Lock Poker: A Cautionary Tale

broken-lockAs was reported on this very site by Sadonna Price yesterday, the latest US online poker cashout report (written by 4Flush’s John Mehaffey) has been posted at the website pokeraffiliatesolutions.com and the August report raises some serious concerns over the solvency of Lock Poker.

You may recall that when the fit hit the shan for Lock Poker back in May the site claimed it would have its withdrawal issues cleared up by July. Well, we are now into August (actually nearing September) and the cashout situation at Lock Poker hasn’t really changed (any improvement is anecdotal and minimal in nature), and other recent actions by the beleaguered site are not helping instill any confidence in it.

While I’m usually pretty measured in my criticisms, (I’m not the type to run out of the house screaming at the first sign of a little smoke), it’s becoming very clear that there is something rotten in Denmark, or more specifically at the Lock Poker headquarters –wherever that might be; Germany, Cyprus, Canada, who really knows.

In the past I’ve enjoyed playing the role of Devil’s advocate for Lock Poker (always with the caveat that I don’t feel my money is secure at any US sites; some being worse than others), and focusing on pumping the brakes and explaining the difference between fact and opinion. But the site has now officially used up its “just give us time, we are working on it” excuses, and my Devil’s advocacy ended many months ago.

I’ll go into this in more detail below, but at this point it doesn’t matter if Lock is honest or dishonest, they’ve been assailed (justifiably) more times than Rasputin, and the survival of their company is no longer predicated on guilt or innocence. The people who have been railing against the site for years should be starting to pull out their Red Auerbach victory cigars right about now, since even if the site turns it all around tomorrow it is likely a case of too little too late.  

Past Due Notices

Forget all the Girah nonsense, cancelled tournament series, and things like the brief signing of the slightly checkered Tim West; the problem is, and always will be, withdrawal times. Let’s put it this way, we are well past second and third notices here, if Lock Poker were a tenant they would likely find their belongings out on the street corner considering the wait times on payments that are being reported by 2+2 users.

And you have to figure that once confidence in a poker site’s ability to pay hits the 30% mark (about what Lock Poker funds trade for on the dollar) you have a real crisis on your hands. Whatever issues Lock Poker was facing or mini-scandals their name was attached to, it was their complete inability to pay their players in anything approaching a timely manner, coupled with the vague statements about things in motion, and the “nothing to see here” attitudes Lock reps displayed on the forums, that was their poison pill.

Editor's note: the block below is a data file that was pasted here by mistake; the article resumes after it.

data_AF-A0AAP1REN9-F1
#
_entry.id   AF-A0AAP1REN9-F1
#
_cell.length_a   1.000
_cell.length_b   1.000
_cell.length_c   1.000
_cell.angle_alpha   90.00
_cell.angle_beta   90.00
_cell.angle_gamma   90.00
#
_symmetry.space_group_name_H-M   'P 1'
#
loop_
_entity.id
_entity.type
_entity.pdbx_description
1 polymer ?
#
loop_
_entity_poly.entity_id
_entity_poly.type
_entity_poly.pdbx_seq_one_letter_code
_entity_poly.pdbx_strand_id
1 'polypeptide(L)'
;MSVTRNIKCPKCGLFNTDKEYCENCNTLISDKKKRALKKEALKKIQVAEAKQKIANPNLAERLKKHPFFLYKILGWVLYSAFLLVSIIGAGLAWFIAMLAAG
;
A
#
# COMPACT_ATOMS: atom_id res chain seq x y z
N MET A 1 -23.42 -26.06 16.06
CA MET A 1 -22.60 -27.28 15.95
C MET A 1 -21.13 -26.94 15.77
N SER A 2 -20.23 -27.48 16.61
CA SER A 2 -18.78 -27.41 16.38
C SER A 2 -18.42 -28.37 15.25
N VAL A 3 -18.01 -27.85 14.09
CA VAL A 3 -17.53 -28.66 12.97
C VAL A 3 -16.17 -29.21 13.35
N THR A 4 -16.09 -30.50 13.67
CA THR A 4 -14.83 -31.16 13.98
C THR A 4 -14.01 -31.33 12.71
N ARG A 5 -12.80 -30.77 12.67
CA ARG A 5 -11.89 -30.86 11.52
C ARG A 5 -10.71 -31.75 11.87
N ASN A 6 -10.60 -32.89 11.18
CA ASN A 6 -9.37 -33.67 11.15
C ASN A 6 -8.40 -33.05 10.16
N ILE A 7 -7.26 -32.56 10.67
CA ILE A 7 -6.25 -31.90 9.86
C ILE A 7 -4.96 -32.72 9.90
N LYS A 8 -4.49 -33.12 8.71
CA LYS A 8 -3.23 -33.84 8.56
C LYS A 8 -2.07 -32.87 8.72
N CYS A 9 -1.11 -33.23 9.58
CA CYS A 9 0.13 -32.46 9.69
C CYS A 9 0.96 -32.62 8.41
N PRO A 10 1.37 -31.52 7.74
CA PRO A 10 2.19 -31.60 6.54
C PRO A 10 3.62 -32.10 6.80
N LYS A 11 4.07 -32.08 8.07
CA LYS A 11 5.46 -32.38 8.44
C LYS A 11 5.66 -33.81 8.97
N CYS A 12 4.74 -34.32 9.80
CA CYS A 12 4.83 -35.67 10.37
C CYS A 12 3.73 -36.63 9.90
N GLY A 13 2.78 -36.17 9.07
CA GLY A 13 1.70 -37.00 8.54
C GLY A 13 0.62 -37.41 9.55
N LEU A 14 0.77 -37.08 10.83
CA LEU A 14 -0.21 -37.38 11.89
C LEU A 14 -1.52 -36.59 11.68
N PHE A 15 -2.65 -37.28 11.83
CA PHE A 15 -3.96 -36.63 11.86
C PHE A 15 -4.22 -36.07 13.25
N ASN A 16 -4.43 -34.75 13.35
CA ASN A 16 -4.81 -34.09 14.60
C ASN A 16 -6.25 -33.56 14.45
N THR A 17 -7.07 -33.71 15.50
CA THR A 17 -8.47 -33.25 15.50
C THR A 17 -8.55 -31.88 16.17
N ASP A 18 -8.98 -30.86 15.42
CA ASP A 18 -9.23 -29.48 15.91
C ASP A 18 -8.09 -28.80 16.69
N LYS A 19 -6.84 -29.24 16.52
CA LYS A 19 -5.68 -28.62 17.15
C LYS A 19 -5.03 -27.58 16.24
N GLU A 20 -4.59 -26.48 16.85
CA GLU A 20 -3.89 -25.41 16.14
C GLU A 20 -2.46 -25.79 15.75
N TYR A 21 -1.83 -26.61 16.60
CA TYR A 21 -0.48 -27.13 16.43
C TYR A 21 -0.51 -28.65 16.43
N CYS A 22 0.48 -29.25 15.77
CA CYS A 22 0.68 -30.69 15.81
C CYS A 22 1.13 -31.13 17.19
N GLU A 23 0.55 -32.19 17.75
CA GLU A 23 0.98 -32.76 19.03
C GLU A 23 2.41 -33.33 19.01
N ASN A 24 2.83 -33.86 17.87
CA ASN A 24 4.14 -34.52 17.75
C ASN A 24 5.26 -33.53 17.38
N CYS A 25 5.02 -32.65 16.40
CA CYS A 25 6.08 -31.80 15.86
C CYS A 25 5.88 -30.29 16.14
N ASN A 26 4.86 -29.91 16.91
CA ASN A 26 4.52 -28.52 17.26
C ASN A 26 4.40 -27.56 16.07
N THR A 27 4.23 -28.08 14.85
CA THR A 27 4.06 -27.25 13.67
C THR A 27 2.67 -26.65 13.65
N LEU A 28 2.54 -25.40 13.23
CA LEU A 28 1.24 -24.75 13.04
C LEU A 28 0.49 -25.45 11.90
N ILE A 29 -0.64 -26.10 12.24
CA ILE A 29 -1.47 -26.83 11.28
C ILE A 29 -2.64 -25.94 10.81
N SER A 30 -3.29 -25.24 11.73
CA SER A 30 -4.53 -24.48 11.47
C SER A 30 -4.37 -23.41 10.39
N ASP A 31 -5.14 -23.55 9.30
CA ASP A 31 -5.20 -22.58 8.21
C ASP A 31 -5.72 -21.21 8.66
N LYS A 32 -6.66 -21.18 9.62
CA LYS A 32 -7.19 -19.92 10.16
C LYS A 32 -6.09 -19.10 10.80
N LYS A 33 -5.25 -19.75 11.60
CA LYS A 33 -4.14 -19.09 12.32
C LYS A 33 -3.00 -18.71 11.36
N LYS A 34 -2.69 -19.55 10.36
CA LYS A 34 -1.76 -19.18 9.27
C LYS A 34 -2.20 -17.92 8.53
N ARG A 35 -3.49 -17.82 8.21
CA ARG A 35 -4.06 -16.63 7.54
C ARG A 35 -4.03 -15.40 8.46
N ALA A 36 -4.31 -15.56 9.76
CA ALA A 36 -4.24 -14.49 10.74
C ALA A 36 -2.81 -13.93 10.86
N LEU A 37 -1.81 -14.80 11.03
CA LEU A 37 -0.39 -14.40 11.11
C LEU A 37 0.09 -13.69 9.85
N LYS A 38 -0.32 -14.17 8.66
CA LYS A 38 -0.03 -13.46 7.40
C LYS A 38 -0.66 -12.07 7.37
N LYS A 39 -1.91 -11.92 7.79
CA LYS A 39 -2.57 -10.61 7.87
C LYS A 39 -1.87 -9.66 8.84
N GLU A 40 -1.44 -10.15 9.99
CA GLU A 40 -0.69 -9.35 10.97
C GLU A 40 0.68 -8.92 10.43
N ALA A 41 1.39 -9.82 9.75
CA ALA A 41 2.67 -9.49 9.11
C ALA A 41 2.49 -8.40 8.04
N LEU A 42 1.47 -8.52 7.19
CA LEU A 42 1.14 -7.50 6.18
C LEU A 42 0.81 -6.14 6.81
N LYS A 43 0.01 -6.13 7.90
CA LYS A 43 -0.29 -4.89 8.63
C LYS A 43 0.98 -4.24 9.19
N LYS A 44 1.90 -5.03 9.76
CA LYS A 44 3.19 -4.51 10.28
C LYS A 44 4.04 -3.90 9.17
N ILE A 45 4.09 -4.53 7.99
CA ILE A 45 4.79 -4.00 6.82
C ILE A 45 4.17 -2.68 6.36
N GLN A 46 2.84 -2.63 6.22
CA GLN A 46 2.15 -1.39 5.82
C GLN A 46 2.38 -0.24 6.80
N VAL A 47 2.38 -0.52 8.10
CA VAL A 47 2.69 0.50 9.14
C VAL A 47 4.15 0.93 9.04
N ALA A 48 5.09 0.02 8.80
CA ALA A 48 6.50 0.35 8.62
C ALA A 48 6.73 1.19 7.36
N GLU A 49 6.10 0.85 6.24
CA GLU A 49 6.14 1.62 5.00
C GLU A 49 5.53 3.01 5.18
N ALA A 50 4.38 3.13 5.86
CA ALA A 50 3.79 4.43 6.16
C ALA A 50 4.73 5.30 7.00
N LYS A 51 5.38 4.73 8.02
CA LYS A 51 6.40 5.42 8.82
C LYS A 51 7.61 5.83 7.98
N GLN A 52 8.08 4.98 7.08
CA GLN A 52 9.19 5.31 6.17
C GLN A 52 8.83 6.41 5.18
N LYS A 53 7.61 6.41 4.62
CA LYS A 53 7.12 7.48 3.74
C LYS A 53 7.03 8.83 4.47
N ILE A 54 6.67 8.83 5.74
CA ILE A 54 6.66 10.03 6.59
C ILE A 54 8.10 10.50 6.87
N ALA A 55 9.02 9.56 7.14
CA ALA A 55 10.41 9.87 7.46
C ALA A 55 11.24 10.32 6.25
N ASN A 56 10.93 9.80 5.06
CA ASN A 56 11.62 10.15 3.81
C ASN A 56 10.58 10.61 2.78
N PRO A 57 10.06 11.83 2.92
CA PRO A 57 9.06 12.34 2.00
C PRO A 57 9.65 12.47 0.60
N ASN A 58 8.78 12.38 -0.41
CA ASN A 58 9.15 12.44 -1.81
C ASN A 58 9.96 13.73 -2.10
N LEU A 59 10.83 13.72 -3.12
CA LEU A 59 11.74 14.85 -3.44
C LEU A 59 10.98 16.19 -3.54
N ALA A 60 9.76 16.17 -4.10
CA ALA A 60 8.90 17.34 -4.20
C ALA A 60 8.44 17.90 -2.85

Basically, around May it became clear to everyone that no new money would be coming into Lock Poker’s coffers unless they did a complete 180° in days, not weeks and months. Privately I voiced this concern, explaining to different people that even if the site was telling the complete truth, the damage to the site was too great to ever be undone. The failure to turn things around by their self-imposed deadline was the final straw.

Abandoning the 2+2 Forum

If withdrawal times that stretched so long that they began to be measured in seasons instead of weeks was the site’s poison pill than the site’s decision to leave the 2+2 forum was what I will now tepidly call: “the worst move in the history of worst moves” – Lock Poker basically played the role of Chris Webber, Leon Lett, and Bill Buckner all rolled into one when they left 2+2. Leaving 2+2 would be akin to having a debate and one participant simply throwing their hands in the air and storming off the stage.

The REAL Problem

I don’t think there is anyone (ok, almost anyone) that goes into business with bad intentions; for most businesspeople that go astray it’s just a matter of poor judgment or the feeling of being backed into a corner with no other options that overtakes you, and before you know it the downward spiral has begun. This is pretty much what I feel happened to Lock Poker.